• Fri
  • Aug 29, 2014
  • Updated: 10:29pm

Ask Mr Brain...all will be explained

PUBLISHED : Friday, 10 September, 1999, 12:00am
UPDATED : Friday, 10 September, 1999, 12:00am

Why is there lightning before thunder? When there is a thunderstorm, we usually see lightning flash across the sky and do not hear thundering until a few seconds later. It is because light travels at a much higher speed than sound. Light travels at 300,000 kilometres per second while sound travels at a speed of 340 metres per second. Lightning reaches the ground almost immediately, while sound takes a few seconds to reach the ground.


Sometimes we see lightning but do not hear thunder. It is because the thunder is too far away and the sound has dispersed before it reaches our ears.


How did early European explorers work out latitude and longitude on their voyages? ALEX KWAN PLK No 1 WH Cheung College Even for early explorers, finding latitude was a relatively simple affair. By measuring the angle of the sun at noon above the horizon, one could determine one's latitude, or position north or south. By the 1520s, the Portuguese were able to accurately fix latitude, using simple tools and mathematical tables, but finding longitude was a different matter.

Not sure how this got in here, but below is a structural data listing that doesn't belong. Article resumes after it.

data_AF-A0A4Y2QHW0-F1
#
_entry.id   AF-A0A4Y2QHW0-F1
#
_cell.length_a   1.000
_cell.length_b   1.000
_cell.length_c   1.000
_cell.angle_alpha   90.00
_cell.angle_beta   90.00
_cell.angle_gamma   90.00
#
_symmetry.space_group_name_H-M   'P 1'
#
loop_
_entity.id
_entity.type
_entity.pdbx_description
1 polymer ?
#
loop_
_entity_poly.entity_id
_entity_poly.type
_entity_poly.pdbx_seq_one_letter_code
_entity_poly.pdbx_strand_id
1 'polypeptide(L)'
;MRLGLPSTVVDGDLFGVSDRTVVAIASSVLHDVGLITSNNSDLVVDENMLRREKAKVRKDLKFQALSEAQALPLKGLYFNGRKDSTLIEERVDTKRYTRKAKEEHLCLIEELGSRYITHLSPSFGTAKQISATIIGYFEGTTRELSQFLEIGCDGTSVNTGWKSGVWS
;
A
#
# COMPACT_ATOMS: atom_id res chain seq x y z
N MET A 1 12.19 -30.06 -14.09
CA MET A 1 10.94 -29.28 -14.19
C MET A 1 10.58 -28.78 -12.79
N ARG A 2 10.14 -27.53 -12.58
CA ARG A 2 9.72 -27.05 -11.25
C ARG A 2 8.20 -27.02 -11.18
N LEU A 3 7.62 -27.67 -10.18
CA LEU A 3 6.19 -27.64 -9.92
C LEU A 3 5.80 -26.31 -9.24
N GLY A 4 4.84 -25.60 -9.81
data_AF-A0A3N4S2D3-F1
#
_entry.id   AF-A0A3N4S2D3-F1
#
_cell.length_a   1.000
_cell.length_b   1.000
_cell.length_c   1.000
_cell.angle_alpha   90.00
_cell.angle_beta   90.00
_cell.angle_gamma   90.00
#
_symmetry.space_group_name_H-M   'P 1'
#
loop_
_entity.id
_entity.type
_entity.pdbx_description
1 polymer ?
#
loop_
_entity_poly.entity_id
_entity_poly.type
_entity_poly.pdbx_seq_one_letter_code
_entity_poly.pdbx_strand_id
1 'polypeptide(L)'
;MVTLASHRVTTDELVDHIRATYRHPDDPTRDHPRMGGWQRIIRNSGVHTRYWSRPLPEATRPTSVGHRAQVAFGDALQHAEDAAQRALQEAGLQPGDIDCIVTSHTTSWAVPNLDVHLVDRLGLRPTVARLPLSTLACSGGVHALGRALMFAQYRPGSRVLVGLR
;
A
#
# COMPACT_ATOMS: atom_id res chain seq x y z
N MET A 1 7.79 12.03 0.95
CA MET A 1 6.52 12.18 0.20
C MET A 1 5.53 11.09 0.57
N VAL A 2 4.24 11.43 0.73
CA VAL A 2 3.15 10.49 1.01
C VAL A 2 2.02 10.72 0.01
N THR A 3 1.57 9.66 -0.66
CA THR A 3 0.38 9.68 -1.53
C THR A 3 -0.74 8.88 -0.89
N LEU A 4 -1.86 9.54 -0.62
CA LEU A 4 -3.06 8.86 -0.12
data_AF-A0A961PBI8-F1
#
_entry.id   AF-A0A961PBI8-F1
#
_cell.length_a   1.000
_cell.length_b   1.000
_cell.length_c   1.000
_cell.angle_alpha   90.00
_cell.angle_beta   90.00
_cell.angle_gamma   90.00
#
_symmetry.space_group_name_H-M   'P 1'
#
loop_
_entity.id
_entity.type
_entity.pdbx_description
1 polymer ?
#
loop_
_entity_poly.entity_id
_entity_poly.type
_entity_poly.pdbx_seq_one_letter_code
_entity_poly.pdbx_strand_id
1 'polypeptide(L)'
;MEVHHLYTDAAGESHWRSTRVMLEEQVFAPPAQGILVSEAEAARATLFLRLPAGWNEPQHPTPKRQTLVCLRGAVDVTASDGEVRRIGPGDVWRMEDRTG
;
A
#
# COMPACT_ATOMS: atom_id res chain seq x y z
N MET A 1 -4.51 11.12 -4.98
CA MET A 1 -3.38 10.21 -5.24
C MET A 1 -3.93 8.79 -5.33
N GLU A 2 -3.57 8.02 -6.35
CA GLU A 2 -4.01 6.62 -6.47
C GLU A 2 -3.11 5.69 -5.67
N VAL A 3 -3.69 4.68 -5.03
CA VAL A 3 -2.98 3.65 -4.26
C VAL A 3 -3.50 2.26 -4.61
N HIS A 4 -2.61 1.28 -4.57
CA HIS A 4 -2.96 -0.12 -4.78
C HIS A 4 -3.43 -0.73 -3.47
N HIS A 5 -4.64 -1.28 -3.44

In those days, to sail east or west was often to take your life in your hands, since you could never be sure where you were. Early attempts to determine longitude included observing eclipses of Jupiter's satellites, which must have been tricky, especially from the deck of a ship tossed by the waves.


With thousands of lives being lost at sea because of this problem, in 1714 the English Parliament offered a prize of GBP20,000 (equivalent to about HK$16 million today) for the first person who invented a de vice for accurately determining longitude.


Carpenter John Harrison took up the challenge. A self-taught clock- maker, Harrison believed longitude could be determined using an accurate clock. If you took an accurate clock with you on your journey, set on your home country's time, you could work out your longitude by seeing what time your clock said when it was noon where you were. Since an hour's difference equals 15 degrees of longitude, the calculations were fairly straightforward.


Others also realised that accurate timekeeping held the key and one of the more bizarre methods advocated was using 'powder of sympathy'. A wounded dog on board a ship was supposed to howl when the knife that wounded it, coated in a special powder, was touched at noon in the ship's home country, thus providing an accurate time check. This method smacked of superstition and did not even work.


While the best clocks of the day were fairly accurate, none of them could maintain this accuracy on a moving ship. In 1761, after almost 40 years, Harrison finally produced a clock accurate to within 0.2 sec onds a day, even on a ship at sea. While an accurate clock, or chronometer, is still a vital piece of equipment on board ship, the advent of the Global Positioning System using satellites has made navigation much easier and more accurate.


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